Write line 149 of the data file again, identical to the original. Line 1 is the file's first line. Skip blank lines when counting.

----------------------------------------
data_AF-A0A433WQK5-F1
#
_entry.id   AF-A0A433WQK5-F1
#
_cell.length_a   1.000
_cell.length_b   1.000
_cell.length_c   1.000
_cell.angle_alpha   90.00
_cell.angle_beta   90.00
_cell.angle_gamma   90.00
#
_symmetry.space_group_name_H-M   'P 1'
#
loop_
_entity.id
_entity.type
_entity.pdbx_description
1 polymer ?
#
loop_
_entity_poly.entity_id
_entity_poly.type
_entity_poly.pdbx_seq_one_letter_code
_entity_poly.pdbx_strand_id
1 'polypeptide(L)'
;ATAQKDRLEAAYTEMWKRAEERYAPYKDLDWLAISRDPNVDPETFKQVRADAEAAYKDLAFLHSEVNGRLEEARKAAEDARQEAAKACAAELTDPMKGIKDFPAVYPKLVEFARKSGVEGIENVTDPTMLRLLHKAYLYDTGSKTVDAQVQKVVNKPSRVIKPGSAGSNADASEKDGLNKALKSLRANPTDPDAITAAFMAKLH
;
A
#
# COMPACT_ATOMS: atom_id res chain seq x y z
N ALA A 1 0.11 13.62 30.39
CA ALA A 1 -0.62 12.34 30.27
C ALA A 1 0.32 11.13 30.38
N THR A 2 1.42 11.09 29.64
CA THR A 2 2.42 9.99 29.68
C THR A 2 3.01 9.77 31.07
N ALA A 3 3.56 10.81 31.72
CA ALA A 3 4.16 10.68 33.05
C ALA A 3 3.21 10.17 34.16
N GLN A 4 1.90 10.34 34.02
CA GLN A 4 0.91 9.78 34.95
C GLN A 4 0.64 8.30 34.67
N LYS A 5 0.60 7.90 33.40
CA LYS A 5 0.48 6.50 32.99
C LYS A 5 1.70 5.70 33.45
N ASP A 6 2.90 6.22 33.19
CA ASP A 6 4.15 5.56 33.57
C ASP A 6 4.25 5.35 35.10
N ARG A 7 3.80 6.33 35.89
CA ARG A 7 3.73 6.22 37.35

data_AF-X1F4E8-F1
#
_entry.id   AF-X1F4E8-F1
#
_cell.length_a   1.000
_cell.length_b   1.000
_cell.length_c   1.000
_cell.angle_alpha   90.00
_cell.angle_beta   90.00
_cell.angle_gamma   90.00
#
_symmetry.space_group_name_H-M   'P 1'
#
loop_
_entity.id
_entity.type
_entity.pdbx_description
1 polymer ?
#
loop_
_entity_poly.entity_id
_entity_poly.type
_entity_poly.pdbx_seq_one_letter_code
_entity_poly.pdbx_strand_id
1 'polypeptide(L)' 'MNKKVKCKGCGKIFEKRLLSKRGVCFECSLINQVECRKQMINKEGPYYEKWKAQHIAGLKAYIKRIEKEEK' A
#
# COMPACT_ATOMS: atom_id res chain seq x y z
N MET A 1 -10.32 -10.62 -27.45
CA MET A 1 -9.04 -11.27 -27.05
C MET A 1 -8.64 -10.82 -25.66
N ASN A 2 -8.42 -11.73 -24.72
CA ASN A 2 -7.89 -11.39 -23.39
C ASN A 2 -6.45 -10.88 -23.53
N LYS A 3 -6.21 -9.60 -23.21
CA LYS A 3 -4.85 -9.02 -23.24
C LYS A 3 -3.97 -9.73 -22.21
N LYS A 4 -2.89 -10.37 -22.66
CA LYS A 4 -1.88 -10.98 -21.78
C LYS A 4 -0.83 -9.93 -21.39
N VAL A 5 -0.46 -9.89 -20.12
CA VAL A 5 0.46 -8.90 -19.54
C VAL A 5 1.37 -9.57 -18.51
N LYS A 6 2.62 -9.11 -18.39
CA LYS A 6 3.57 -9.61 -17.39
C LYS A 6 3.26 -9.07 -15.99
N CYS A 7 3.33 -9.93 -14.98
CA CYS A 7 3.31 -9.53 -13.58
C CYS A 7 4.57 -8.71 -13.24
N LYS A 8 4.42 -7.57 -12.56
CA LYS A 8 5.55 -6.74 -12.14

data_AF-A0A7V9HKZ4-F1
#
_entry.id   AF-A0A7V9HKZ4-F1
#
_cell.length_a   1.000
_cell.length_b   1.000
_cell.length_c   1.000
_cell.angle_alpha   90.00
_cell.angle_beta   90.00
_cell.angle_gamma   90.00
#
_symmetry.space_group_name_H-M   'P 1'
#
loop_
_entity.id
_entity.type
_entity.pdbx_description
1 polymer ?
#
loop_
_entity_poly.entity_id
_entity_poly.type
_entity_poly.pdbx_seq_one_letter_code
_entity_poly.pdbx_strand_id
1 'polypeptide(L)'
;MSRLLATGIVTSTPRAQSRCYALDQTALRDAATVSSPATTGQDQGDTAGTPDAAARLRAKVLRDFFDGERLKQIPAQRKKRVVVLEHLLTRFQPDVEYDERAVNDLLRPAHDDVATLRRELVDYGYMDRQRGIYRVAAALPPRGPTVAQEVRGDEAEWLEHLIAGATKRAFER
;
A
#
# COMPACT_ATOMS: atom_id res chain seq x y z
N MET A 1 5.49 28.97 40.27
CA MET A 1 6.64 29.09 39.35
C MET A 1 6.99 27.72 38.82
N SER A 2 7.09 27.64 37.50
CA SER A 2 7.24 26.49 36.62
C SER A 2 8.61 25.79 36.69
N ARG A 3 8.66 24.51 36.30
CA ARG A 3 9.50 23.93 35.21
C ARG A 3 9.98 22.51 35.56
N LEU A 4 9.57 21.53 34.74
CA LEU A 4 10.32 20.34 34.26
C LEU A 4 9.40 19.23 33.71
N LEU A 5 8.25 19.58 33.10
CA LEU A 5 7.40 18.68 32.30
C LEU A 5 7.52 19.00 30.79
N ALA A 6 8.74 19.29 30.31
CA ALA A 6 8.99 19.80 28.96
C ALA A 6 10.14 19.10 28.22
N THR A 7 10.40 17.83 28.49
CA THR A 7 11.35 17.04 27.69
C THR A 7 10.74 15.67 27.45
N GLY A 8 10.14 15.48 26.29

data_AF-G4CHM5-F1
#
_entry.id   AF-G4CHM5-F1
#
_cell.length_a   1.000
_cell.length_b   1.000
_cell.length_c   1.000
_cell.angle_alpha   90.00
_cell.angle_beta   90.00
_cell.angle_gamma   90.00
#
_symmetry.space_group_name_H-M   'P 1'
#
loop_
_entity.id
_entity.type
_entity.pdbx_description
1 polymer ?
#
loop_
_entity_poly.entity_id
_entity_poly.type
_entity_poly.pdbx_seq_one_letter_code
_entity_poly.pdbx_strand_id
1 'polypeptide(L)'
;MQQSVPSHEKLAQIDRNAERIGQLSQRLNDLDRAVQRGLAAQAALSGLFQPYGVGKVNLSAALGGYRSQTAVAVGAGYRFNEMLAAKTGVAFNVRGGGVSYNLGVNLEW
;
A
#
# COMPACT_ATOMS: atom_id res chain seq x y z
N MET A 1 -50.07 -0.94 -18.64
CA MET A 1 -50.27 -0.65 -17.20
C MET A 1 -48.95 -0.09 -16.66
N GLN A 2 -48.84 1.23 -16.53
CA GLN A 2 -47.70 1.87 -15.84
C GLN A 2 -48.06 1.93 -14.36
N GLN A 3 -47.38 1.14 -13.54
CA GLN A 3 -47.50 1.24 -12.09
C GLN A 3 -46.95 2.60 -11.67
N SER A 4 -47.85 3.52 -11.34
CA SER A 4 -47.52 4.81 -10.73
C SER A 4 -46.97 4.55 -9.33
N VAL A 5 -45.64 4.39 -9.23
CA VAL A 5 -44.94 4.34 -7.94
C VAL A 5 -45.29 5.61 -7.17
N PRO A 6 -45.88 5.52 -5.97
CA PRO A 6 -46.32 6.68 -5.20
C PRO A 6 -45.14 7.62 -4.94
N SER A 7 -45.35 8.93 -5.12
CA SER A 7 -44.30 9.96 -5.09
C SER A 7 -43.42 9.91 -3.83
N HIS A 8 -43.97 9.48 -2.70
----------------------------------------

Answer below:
N THR A 7 10.40 17.83 28.49